So this morning Hollywood Elsewhere's Jeffrey Wells decided to get all apoplectic, largely because it's just not a full day for Hollywood Elsewhere's Jeffrey Wells if he DOESN'T get all apoplectic about something. Seriously, I'm surprised the guy doesn't give himself a stroke. Or maybe he already HAS given himself a stroke, and Hollywood Elsewhere is its aftereffect. In any event, I don't normally bring my little differences with him here, but it so happened he chose to get apoplectic about something I'm in the middle of examining first hand myself. "It's only just hit me that Warner Home Video's Barry Lyndon Bluray...has been masked at 1.85 to 1...storm the barricades!" Um, yeah, sure, whatever you say. Lest you wonder just how this "hit" him—something to do with the voices in his head, maybe?—he reproduces a bit of the liner tech-spec copy, which, sure enough, specifies a 1.85 aspect ratio, whereas Barry Lyndon itself is a 1.66, or something like that. After a bit of obligatory spittle-flecking ("and I know I'm in the right on this one," blah, blah blah) Wells goes on to quote one Tyler Williamson, writing on the standard-def DVD release, and wishing for "a Blu-ray remaster with Barry Lyndon's 1.59 or 1.66 image (the difference in more or less negligible, so I don't really care) in the center of a 1.78 frame -- which is how Blurays handle films with aspect ratios less wide than 1.78. All the 1.66 and 1.37 films on Blu-ray are done this way: Chungking Express, The Third Man, etc." (The 1.78 frame, incidentally...or really not so incidentally, when you come down to it—being the native aspect ratio of your 16:9 displays.)
And, er, guess what, kids? I actually have the Barry Lyndon Blu-ray, and I've actually looked at the image from the disc rather than just what turns out to be the misprint on the liner specs, and that's pretty much exactly the way Warner handled the approximately 1.66:1 frame of Barry Lyndon! I even took some pictures off my plasma screen, which I'm presenting uncropped to give the full effect of the centering. I even took a picture from the Criterion 1.66 Blu-ray of Chungking Express for context/comparison. Hell, I even took a picture from a genuine 1.85 Blu-ray, Raging Bull, for comparison/contrast. Check it out!
Barry Lyndon. Boy, that Leonard Rossiter's a stitch, huh?
Chungking Express. Pay particular attention to the BLACK BORDERING AROUND THE ACTUAL FRAME! CONCENTRATE!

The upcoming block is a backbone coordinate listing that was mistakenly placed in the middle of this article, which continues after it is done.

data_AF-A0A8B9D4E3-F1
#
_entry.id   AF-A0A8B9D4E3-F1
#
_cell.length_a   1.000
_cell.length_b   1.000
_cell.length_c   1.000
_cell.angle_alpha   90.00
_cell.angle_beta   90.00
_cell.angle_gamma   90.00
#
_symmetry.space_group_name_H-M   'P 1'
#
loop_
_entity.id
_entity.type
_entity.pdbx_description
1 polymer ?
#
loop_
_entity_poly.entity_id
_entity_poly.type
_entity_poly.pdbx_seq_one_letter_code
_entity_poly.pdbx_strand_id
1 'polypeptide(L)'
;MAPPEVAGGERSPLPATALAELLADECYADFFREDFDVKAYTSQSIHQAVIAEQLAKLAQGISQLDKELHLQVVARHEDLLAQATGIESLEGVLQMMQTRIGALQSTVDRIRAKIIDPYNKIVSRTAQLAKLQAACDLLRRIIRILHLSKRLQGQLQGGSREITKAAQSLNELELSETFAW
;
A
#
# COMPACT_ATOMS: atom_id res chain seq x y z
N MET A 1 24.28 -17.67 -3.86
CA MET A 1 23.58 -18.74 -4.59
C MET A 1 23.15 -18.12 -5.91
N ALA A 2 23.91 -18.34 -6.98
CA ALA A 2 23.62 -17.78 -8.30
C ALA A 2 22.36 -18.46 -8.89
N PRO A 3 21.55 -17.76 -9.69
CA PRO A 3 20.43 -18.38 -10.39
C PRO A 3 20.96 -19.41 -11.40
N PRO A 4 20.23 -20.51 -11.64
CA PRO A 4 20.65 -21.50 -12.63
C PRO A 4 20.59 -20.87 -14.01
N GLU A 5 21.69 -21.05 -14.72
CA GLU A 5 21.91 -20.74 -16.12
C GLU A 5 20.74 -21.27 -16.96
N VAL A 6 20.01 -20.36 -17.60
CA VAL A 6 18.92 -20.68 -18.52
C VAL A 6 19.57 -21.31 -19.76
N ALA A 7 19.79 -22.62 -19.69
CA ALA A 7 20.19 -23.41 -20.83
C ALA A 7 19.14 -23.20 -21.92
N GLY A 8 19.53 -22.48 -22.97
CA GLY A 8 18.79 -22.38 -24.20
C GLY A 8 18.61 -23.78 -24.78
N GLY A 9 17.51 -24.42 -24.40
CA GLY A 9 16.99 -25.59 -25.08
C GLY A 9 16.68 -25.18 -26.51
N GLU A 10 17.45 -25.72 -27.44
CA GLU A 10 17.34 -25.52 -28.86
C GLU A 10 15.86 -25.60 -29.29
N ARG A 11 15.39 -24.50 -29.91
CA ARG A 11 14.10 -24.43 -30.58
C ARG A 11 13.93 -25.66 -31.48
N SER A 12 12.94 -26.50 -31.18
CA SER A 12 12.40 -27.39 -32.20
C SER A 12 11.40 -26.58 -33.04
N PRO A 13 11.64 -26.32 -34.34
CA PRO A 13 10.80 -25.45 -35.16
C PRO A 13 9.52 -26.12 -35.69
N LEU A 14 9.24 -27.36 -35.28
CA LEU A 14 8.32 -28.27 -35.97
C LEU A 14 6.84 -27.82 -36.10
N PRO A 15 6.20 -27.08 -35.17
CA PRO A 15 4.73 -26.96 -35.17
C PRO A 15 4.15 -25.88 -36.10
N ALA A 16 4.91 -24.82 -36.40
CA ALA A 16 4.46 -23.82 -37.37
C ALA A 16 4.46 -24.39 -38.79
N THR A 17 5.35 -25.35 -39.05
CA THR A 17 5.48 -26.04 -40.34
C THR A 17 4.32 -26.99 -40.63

Raging Bull. Behold its 1.85 glory.
From the "sneak peek." I don't know who the hell cropped this, but he or she...cropped it.
On my display. Note bottom of tree. Come on, people.
So. Hold off on storming those barricades, people. While this proves one more unfortunate "right as usual, sir" (see the paddleball scene in Blazing Saddles) moment for Wells, the news is good for Blu-ray-ready cinephiles, who may buy Barry Lyndon with relative confidence in the integrity of its aspect ratio.
FURTHER UPDATE (5/24/11): Well, this has been enlightening. And embarrassing. Prompted by the observations of several commenters, most prominently the one who calls himself "The Fanciful Norwegian," I have been looking into just how a 1.66 image resolves itself into a 1.66 image on my own personal display, a Hitachi P50V701 50-inch plasma. The Norwegian, citing the display from Chungking Express among other things, suggested a calibration issue. Well, the good news is I'm not sure that my set needs recalibrating. The bad news is that I've often been using the incorrect setting to watch my Blu-rays.
The P50V701 has two settings for "16:9 Standard." One would assume that the first one, "16:9 Standard 1," would be the most accurate. But no. According to the owner's manual, "Use this aspect mode to display 16:9 sources...preserving the original aspect ratio showing 95% of the size." Say what? Yeah, 95%. Hence the problem on the Chungking Express frame cited below by the frivolous one, not to mention the paucity of black bars on the side of the screen. As it happens, quite counterintuitively in my opinion, it is the "16:9 Standard 2" setting that is "preserving the original 16:9 aspect ratio showing 100% of the size." Now sorry to put up blurry shots of a TV screen one more time, but here's the Chungking on said display in "16:9 Standard 2," now showing more lightbulbs and more indications of its 1.66 aspect ratio:
And here's Barry Lyndon, in, yes, 1.78:1, goddammit.
My apologies to you all and particularly to the BluBrew people (although, yeah, what Joel E. said, too; also, why crop your thumbnails so severely, I wonder?), but none to my frenemy Mr. Wells, who went off even more half cocked than I, what with going from box copy rather than the disc itself. As disagreeable as 1.78 is, it still isn't 1.85. And this story isn't over yet. As it happens I'm interviewing Leon Vitali, a keeper of the Kubrick flame, tomorrow, and this issue will be on the agenda. Stay tuned...